> Bob, they didn't ring a peal of it before naming them did they?
There's an important difference, however. In the 17th
century (less by the 18th), simply producing a true touch
was a poorly-understood challenge. So, at that time, I
imagine many pieces of ringing were given names by their
composers. (I doubt there's any hard and fast evidence to
support -- or otherwise -- this. But if you spend days or
weeks working on a piece of ringing, you're more likely to
assign a name to it than if you spend 30 second trying to
locate your copy of BYROC.) These days, anyone can knock
together an extent of an unrung treble dodging minor method:
the challenge is to find a band with the inclination to ring
a peal/quarter of it. So these days, it seems right that
the band who ring a relatively long length (e.g. a peal or a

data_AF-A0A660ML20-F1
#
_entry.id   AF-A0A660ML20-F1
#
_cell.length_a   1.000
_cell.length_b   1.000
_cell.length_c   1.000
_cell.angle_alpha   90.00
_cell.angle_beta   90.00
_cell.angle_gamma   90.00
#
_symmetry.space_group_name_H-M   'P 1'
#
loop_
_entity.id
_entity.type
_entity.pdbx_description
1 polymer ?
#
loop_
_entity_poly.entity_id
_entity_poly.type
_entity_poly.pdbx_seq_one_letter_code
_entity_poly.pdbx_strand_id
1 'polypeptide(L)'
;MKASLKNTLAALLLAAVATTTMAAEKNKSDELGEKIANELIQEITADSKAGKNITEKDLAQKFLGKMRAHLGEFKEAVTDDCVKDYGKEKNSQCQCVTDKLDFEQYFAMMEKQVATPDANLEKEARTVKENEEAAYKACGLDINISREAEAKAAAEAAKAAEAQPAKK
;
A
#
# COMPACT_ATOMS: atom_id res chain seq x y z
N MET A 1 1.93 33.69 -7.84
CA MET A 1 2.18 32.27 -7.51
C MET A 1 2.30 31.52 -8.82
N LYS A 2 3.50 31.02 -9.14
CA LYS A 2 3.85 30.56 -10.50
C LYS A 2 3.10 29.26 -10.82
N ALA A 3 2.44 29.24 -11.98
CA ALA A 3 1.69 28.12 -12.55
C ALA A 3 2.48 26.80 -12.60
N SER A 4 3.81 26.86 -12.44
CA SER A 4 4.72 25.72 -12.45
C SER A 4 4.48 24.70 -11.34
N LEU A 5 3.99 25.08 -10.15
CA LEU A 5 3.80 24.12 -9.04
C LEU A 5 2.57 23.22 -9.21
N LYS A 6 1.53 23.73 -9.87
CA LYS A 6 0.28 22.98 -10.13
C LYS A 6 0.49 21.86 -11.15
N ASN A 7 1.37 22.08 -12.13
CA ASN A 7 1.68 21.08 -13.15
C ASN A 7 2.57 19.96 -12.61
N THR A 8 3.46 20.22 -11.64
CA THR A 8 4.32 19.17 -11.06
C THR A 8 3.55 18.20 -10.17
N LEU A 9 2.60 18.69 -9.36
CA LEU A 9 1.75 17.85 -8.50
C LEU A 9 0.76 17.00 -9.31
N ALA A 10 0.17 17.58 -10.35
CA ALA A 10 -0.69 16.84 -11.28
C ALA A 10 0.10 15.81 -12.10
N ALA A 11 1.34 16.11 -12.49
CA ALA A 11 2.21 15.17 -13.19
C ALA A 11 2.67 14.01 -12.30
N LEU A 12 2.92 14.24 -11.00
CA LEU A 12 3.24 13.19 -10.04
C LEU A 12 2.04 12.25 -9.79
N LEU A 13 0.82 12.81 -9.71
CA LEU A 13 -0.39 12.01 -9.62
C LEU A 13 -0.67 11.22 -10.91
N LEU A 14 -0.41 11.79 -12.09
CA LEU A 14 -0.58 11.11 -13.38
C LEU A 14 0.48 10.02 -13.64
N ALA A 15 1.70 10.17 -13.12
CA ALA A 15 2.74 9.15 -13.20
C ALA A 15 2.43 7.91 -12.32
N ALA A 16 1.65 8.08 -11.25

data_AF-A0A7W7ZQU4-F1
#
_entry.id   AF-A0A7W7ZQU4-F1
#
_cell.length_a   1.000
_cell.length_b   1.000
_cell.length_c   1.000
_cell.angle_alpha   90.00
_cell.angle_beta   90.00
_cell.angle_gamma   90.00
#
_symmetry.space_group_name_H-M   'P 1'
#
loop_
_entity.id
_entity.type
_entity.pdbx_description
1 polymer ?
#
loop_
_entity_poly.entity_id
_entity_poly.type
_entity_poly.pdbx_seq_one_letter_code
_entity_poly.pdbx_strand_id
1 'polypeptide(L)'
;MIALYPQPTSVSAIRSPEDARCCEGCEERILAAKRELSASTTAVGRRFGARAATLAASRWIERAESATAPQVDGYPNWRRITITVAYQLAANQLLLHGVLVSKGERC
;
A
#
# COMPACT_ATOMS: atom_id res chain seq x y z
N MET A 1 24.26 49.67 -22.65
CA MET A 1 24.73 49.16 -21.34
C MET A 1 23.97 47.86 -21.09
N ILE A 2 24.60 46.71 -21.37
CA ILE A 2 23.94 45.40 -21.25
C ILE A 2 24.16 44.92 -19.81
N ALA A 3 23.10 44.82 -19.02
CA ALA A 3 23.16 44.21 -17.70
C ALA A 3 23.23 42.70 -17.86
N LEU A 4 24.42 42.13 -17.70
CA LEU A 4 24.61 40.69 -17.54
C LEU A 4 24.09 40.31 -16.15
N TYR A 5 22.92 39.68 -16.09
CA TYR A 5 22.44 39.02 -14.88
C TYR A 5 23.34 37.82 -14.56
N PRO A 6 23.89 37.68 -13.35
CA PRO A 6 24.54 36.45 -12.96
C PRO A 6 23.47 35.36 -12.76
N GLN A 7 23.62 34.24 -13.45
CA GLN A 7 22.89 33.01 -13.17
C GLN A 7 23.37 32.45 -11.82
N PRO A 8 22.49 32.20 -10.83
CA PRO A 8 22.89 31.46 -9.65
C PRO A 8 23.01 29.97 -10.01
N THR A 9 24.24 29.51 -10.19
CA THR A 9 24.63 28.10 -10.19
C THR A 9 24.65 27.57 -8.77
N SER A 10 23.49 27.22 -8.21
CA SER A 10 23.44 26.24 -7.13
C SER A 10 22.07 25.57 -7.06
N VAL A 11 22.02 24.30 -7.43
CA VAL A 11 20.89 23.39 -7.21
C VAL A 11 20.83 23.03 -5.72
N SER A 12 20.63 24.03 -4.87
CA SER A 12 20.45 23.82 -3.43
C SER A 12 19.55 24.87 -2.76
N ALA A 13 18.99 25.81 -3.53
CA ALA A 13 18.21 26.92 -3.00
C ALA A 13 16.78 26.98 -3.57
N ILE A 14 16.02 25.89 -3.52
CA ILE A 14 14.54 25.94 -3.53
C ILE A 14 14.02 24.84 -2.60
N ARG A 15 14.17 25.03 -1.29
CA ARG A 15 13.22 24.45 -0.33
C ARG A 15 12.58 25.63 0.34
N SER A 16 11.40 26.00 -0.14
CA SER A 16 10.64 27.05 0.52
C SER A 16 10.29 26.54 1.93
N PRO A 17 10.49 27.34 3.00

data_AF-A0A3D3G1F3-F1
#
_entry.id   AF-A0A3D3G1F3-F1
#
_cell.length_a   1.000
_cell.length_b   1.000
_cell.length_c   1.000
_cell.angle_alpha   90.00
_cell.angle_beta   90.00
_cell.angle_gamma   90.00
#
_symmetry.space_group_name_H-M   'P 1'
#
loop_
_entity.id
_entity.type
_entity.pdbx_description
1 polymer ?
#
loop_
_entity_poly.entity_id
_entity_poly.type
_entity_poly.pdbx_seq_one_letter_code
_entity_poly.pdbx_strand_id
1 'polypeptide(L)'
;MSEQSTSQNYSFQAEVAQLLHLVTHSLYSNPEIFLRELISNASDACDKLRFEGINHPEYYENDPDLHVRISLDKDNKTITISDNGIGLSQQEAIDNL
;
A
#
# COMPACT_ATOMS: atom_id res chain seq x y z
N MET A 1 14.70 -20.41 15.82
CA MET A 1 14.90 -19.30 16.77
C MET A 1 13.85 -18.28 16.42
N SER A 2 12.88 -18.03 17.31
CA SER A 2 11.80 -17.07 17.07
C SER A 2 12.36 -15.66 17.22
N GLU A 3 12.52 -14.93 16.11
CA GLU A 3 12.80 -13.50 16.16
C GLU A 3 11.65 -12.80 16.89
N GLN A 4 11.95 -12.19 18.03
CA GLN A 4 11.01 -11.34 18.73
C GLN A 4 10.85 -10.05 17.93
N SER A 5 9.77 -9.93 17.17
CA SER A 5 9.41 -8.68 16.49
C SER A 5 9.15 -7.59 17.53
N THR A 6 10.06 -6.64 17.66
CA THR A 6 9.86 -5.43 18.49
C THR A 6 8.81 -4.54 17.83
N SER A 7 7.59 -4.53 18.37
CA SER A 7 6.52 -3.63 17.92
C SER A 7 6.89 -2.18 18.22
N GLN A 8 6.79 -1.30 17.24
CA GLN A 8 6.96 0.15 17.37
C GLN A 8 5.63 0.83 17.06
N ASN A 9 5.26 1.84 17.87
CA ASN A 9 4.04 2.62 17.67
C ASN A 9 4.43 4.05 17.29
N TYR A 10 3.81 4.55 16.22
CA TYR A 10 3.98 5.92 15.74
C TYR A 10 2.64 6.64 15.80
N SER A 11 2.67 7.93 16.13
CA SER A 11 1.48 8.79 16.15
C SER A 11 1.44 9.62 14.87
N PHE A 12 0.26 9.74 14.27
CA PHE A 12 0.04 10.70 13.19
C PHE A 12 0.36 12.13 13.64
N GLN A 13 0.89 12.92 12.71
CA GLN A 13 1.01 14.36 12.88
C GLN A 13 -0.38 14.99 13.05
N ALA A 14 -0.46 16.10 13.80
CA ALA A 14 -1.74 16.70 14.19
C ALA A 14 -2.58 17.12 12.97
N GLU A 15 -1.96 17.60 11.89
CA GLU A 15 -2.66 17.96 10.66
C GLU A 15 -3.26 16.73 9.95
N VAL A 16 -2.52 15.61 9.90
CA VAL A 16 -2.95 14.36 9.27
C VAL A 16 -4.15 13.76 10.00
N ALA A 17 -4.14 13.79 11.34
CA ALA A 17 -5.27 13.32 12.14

quarter) of a method get to name it.
> Also with triples and below, one has to ring an extent to name the method
> but with major and above, a peal is considered a suitable benchmark for
> ringers. More ringers ring quarter peals than peals (Morrison, D ) which is
> another reason why ringers who don't ring peals should have the right to
> name methods of triples and above.
> I'm not trying to knock the work of the methods committee here, in fact I
> appreciate and use frequently the provisional method names page so at least
> they aren't disregarding non peal ringers completely.
One area where I think there is a significant difference
between what the Methods Committee do and what the decisions
say is doubles variations. (E)A.3(c) states "each variation
... may be given its own name". Irrespective of whether you
agree with this, this is what the decisions say, and that
presumably means it is the Methods Committee's job to keep
track of these names. It strikes me that this needs to be
made consistent: if doubles variations are to given
official names, then it should be the job of one of the CC
committees to keep track of them; and if not, the decisions
need to be changed to reflect this.
More information about the ringing-theory